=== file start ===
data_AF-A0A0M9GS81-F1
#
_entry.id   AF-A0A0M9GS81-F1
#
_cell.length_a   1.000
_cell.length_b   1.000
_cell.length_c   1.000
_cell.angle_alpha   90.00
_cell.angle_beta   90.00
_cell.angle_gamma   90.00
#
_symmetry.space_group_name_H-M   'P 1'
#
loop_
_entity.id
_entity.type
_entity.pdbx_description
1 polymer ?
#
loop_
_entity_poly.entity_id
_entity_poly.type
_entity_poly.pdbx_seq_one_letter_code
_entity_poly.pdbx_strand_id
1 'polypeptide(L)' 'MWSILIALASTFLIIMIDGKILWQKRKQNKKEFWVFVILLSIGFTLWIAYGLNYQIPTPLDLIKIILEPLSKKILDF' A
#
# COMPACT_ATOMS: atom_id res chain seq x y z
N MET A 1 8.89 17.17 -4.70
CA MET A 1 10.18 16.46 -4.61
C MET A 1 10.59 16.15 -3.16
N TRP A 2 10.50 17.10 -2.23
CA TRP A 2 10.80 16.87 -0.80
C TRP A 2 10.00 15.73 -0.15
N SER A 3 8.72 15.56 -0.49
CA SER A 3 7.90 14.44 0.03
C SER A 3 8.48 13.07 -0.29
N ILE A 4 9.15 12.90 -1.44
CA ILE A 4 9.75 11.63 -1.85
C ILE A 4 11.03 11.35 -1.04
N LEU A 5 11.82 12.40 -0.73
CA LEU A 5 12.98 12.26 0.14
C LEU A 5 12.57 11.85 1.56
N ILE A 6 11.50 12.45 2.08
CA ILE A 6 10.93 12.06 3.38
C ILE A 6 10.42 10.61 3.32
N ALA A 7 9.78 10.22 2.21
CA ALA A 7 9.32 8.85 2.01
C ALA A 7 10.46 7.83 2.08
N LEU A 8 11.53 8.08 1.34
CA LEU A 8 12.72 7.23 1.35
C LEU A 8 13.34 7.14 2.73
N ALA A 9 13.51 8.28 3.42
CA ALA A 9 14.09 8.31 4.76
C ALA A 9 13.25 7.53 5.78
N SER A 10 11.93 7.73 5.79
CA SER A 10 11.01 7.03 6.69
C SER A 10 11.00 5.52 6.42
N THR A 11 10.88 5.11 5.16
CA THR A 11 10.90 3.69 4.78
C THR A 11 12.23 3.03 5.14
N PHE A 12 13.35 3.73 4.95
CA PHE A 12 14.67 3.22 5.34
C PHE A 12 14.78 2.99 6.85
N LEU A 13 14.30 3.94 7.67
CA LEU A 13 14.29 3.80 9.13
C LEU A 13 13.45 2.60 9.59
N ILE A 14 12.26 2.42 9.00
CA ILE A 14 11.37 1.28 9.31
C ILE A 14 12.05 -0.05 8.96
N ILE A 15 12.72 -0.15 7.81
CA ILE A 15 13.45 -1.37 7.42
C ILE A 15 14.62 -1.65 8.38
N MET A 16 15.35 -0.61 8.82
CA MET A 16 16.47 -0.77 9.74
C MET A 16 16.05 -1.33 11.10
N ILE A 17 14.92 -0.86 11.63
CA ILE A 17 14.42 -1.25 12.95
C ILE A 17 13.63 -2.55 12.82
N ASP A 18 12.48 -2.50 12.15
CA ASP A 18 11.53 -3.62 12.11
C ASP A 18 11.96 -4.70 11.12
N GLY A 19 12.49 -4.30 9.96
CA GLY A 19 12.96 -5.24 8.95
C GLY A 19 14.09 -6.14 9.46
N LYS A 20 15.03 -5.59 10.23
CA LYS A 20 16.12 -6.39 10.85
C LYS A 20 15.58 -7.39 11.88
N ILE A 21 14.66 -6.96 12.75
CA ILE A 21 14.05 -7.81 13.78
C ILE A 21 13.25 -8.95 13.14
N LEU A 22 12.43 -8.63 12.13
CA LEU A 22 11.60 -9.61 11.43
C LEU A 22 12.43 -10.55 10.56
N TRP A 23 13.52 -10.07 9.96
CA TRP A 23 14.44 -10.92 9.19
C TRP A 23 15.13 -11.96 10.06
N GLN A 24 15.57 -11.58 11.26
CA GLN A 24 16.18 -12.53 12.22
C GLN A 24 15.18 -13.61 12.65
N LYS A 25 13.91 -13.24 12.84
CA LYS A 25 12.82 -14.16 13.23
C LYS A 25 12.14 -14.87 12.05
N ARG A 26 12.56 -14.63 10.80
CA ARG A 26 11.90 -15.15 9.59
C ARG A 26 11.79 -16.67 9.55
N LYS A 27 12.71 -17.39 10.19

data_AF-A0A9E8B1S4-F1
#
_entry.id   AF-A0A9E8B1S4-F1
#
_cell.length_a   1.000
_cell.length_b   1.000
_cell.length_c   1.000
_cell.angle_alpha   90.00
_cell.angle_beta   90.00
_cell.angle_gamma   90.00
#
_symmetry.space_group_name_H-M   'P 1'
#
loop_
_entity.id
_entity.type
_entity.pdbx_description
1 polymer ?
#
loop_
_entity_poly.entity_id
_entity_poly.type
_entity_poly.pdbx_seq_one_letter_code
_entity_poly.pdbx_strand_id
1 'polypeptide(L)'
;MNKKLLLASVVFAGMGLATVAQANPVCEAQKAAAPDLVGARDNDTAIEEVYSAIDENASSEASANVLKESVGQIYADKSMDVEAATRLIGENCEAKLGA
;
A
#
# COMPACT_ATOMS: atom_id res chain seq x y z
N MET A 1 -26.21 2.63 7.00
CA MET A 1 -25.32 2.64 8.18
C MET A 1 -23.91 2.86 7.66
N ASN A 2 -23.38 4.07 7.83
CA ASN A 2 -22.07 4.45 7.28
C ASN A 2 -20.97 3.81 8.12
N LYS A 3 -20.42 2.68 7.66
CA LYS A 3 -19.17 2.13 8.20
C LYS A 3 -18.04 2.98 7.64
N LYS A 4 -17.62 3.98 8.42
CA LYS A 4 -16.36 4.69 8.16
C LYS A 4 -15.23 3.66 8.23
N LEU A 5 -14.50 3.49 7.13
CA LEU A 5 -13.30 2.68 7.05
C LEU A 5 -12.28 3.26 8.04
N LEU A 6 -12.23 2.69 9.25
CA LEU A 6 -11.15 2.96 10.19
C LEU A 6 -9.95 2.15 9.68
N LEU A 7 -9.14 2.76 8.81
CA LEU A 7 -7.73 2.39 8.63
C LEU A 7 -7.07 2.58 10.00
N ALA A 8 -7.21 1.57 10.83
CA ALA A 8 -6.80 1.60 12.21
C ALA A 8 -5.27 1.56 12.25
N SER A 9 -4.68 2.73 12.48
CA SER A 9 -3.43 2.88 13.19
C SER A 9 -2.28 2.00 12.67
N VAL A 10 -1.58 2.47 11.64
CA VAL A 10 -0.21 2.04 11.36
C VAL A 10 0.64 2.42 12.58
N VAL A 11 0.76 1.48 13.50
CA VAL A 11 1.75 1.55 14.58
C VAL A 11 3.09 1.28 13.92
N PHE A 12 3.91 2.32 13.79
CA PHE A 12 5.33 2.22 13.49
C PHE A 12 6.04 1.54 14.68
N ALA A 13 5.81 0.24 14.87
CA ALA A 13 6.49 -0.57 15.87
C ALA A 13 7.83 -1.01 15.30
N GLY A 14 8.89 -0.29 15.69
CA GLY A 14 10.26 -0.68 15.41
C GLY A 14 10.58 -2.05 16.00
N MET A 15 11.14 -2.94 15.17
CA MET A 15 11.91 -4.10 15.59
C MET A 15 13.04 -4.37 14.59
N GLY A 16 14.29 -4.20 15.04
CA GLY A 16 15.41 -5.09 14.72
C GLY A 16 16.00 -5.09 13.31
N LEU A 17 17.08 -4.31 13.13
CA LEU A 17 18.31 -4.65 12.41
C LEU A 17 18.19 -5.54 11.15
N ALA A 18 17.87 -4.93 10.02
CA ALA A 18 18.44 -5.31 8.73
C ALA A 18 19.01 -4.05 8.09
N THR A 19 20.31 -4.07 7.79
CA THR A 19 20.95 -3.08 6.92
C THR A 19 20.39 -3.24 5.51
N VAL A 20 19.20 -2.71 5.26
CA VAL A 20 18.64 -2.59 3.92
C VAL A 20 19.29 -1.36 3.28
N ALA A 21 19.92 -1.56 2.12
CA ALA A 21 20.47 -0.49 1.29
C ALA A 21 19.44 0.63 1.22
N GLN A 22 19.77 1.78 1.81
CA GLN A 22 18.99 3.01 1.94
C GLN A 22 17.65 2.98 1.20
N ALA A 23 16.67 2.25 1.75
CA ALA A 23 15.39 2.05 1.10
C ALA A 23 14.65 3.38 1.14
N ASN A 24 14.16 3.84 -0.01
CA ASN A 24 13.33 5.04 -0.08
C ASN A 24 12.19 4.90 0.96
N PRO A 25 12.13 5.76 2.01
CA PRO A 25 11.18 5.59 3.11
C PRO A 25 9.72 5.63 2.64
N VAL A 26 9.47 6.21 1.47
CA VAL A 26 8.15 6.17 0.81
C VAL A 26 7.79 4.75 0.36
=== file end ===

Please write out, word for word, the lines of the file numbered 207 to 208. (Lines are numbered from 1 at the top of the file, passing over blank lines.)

CA ASN A 24 13.33 5.04 -0.08
C ASN A 24 12.19 4.90 0.96